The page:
Here’s a work in progress abstract that I am currently writing up:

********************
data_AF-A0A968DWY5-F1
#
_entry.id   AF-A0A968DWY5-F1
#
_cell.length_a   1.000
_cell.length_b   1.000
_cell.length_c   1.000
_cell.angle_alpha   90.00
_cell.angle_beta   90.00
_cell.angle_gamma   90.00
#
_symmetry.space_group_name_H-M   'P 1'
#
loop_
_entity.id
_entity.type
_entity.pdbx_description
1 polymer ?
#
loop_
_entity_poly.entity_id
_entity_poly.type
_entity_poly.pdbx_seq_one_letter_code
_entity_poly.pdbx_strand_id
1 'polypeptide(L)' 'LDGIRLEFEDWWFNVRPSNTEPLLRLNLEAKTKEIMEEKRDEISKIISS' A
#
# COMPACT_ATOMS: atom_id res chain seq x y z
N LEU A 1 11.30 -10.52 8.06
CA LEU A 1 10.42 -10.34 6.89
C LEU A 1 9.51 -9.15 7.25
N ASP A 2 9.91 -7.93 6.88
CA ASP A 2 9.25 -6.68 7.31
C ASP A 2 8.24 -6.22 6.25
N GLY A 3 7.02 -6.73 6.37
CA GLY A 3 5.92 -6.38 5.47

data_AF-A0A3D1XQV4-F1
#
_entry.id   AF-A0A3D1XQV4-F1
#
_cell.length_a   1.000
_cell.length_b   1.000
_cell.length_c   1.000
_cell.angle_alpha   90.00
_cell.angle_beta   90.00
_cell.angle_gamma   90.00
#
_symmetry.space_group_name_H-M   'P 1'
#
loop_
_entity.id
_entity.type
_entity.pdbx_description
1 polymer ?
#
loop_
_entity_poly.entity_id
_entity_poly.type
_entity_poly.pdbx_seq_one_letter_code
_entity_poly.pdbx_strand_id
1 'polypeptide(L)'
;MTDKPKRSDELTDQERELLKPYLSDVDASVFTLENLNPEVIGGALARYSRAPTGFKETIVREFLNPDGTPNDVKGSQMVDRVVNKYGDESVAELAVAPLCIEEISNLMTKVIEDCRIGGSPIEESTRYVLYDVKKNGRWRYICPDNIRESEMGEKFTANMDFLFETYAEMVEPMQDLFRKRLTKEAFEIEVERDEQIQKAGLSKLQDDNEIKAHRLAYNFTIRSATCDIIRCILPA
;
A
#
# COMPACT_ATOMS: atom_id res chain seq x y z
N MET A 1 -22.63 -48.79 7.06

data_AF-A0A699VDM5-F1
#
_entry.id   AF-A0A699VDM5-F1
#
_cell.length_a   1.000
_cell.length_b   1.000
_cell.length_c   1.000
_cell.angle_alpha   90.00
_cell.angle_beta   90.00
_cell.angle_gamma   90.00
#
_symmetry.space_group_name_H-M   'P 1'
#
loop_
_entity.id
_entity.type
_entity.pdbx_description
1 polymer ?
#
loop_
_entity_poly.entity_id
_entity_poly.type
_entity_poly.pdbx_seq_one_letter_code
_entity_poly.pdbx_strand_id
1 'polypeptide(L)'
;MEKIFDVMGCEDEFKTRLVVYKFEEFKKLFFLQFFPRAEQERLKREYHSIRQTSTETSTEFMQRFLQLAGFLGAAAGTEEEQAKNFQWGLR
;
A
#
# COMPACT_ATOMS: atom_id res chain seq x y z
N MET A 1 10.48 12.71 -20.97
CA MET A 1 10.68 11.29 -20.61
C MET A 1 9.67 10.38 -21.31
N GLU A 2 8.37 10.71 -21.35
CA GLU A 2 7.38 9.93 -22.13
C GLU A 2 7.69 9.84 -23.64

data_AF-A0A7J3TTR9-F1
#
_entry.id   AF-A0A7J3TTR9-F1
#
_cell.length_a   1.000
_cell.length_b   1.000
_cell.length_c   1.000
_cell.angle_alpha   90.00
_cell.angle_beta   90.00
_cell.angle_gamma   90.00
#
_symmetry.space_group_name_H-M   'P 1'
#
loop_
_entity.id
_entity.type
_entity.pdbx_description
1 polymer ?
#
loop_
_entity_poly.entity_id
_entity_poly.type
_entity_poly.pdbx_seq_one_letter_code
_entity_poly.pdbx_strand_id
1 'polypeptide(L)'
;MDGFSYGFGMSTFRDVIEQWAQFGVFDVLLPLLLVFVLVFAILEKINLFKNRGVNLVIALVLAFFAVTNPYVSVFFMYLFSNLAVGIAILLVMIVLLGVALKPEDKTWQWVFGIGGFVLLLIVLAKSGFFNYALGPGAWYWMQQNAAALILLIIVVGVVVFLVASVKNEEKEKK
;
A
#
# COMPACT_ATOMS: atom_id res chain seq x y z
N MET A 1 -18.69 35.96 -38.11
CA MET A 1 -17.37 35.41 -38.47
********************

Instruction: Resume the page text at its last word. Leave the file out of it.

The entrepreneurial problem is one of knowledge coordination under uncertainty. This process consists of search, discovery, and action. The goal of the entrepreneur is to determine the viability of a particular innovation and thus reduce private uncertainty about the opportunity they imagine. The innovation resources to solve this problem, particularly at the beginning of a trajectory, exhibit some peculiar properties: they are dispersed about the economy in individual minds; they are uniquely of the ‘you don’t know it until you see it’ kind; and are likely to exhibit diminishing returns the more minds possess it. Combining institutional and evolutionary economics, as well as the commons literature, we are led to a new solution to the entrepreneurial problem: the ‘innovation commons’. Unlike conventional economic solutions, this is a collective action solution rather than an allocative one. We propose that the innovation commons exist where entrepreneurs pool their technology and knowledge resources, and govern as a common pool resource. This ties in with existing commons literature of how individuals deal with uncertainty (in rainwater falls, for example, the commons presents an institutional solution as a form of social insurance). Finally, we present a number of theories over what may be occurring here and what the innovation commons look like: they are temporary in nature (if they are successful they will disappear); they are likely to emerge more readily as transaction costs fall (hence the emergence of the innovation commons only now); and they may have a defensive function against alternate institutions.